• It lasts better before it starts splitting with age. This about the fact that there is one thread along the folded edge of straight binding. When that edge wears out, the result us usually a split running the entire length of the binding. With bias, at the fold, the threads are crossing in a pattern of XXXXXX, so if one thread gives out, it usually doesn’t take its neighbors with it!
  • It goes onto the quilt with less chance of puckers. The little bit of stretch that happens with the bias just sits right down when you roll over to finish to the back.
  • The joining of the two ends is a bit more forgiving. Again, the little bit of stretch makes it possible to not join up perfectly, yet still have it all come together.
  • Making bias binding uses barely a couple inches more of fabric than straight strips. And with the way I cut it, there is no waste at the seams.

So how to calculate the amount of fabric you need:

  • Measure the Width:  W = __________________
  • Measure the Length:  L = __________________
  • Add W + W + L + L to find the Perimeter of the quilt: P = ____________________
  • Add 20 for fudge factor: P + 20 = PF (P with Fudge!) _________________________
  • Multiply PF times the width of binding you want – for most of us, that’s 2 1/2” – to find the Area (yes, this is actually the area of the fabric needed, but no swooning just because you saw an algebra word!) PF x 2.5 = A ________________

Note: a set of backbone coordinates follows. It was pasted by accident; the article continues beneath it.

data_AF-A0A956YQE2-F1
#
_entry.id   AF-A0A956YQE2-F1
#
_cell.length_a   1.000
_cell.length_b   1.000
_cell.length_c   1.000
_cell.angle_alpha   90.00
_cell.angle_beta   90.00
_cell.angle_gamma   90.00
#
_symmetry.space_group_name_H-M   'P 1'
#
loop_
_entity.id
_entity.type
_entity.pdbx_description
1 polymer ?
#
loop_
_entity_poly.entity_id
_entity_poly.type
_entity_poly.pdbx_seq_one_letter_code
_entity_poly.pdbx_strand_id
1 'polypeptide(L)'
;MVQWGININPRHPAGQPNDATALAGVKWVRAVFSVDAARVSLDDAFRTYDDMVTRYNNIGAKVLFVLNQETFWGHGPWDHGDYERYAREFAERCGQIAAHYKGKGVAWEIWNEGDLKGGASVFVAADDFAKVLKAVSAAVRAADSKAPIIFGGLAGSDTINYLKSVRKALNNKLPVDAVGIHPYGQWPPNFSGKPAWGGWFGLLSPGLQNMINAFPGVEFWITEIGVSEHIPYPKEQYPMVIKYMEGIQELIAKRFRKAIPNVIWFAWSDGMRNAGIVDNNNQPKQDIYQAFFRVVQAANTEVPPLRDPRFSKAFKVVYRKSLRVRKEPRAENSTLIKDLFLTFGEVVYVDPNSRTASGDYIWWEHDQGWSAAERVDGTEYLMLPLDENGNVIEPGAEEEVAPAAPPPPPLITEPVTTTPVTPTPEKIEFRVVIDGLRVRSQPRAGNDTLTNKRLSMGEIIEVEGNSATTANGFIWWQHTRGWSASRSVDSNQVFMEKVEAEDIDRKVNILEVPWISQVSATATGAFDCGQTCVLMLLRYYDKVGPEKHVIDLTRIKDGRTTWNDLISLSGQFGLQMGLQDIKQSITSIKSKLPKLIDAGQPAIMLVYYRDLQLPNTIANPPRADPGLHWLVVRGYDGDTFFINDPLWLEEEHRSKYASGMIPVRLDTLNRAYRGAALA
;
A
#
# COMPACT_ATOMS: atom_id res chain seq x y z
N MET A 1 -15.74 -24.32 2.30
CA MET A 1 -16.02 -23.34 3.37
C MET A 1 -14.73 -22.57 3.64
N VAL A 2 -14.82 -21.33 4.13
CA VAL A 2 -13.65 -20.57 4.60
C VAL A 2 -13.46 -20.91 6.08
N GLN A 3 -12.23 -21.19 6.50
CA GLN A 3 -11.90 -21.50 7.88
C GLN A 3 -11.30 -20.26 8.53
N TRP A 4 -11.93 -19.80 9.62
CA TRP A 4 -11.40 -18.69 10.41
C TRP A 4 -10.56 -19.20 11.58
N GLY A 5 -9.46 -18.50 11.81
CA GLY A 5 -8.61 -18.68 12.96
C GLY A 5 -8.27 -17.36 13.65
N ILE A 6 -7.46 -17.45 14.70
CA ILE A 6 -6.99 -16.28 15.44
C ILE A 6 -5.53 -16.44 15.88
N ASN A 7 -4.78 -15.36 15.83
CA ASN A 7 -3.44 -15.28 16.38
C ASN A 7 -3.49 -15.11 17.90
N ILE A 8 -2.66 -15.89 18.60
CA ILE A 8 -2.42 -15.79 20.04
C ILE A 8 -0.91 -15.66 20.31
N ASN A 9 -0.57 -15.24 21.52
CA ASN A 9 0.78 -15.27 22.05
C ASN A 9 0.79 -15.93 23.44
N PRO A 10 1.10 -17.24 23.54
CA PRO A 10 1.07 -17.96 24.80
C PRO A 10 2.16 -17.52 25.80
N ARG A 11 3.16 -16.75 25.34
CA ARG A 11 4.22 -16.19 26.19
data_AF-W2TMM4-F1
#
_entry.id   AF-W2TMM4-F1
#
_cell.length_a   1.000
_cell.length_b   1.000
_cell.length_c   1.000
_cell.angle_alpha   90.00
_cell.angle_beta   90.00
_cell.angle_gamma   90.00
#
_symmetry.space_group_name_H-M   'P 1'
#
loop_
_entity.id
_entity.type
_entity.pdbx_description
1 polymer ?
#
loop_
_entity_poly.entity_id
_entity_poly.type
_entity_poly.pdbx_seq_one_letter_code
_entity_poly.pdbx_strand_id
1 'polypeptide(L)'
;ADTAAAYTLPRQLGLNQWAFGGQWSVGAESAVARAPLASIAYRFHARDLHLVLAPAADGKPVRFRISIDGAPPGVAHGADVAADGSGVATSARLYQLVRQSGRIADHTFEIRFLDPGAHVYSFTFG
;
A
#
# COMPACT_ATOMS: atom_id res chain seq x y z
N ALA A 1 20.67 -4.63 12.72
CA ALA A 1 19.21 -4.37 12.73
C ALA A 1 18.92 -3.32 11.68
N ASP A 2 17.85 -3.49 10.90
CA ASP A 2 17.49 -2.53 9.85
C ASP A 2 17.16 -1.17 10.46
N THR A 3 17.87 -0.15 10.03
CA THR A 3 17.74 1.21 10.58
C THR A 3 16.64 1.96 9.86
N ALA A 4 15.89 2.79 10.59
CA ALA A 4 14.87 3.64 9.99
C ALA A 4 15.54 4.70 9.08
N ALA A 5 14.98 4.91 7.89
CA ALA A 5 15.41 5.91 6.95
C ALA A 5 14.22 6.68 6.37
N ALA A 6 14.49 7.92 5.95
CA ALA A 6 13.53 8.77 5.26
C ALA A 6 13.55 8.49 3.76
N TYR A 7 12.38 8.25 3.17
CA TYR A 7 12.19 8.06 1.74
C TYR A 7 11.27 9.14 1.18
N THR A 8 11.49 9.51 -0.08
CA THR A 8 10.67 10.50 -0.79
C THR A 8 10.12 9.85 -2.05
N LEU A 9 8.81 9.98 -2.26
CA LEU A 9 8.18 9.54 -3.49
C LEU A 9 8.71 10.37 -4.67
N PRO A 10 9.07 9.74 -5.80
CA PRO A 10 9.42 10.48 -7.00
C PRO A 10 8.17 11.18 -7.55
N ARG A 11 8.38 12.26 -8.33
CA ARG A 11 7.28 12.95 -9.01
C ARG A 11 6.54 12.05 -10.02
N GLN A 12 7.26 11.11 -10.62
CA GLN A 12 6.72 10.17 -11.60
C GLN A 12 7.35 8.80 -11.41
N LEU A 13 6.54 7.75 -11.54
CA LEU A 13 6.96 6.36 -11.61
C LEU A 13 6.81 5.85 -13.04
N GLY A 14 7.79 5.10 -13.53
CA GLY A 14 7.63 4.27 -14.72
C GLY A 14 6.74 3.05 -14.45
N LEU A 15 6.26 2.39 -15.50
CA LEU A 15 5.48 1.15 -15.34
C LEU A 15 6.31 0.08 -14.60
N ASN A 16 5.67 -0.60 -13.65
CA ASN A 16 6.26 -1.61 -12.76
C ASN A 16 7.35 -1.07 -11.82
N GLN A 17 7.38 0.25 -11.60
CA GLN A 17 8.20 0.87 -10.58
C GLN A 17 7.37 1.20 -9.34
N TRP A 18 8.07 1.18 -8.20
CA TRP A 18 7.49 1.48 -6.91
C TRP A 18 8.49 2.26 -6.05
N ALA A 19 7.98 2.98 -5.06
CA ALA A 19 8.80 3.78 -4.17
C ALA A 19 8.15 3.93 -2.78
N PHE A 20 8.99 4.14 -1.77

• Divide A by W, the Width of the fabric you have… if it’s wider than 40”, just use 40 so that you have a bit more give in your fudge factor. NOTE: if you’re using an oddly sized scrap, just use the width here and it will work: A / W = __________________
  • And that’s how much fabric you need! And I always round this up to the nearest inch PLUS ONE (or one inch more if it’s right on the line) again for a bit more give in my fudge factor. I’ll tell you what to do with the leftovers at the end :-)

So if I had a quilt that was 45” x 60”, it would look like this:

  • 45 + 45 + 60 + 60 + 20 = PF of 230
  • PF 230 x 2.5 = 575
  • 575 / Width of fabric of 40 = 14.375 – so I will cut 16” of fabric.

Now to show you how!

First cut that width of fabric, and remove the selvedges:


Lay the fabric in a single layer with the longest edge (the 40” if it’s full width) running horizontally:


Position the 45 degree line of your ruler along the bottom of the fabric (this image is correct for right-handers – reverse it if you’re a leftie)….


… And the top corner at the upper left point. Use two rulers to do this if you have to. My second ruler is a 2 1/2” x 36 1/2” yardstick by Creative Grids, and it’s the perfect ruler for the job, especially if you’re cutting anything wider than about 15” (which you will be if you’re making binding for anything other than a lap quilt).


Make the first cut at 45 degrees into that top left corner:


Then cut the rest of the large piece in 2 1/2” strips (we’ll come back to that corner piece):


Cut until you make a big triangle at the end. You might need to trim the last cut to make it clean:


Cut both the beginning and ending triangles until they are down to around 6” or 8” (that’s why I add the fudge factor):


And add those last triangles to the scrap basket:


To the machine!

Place the strips, right sides together on the diagonal seams and sew. If you’re using solids or a batik, PAY ATTENTION to which is your “right” side! Overlap the strips with a dog-ear hanging out such that the V between them is at 1/4”. You can mark the first few to get the hang of it if you like. Chain piece them together: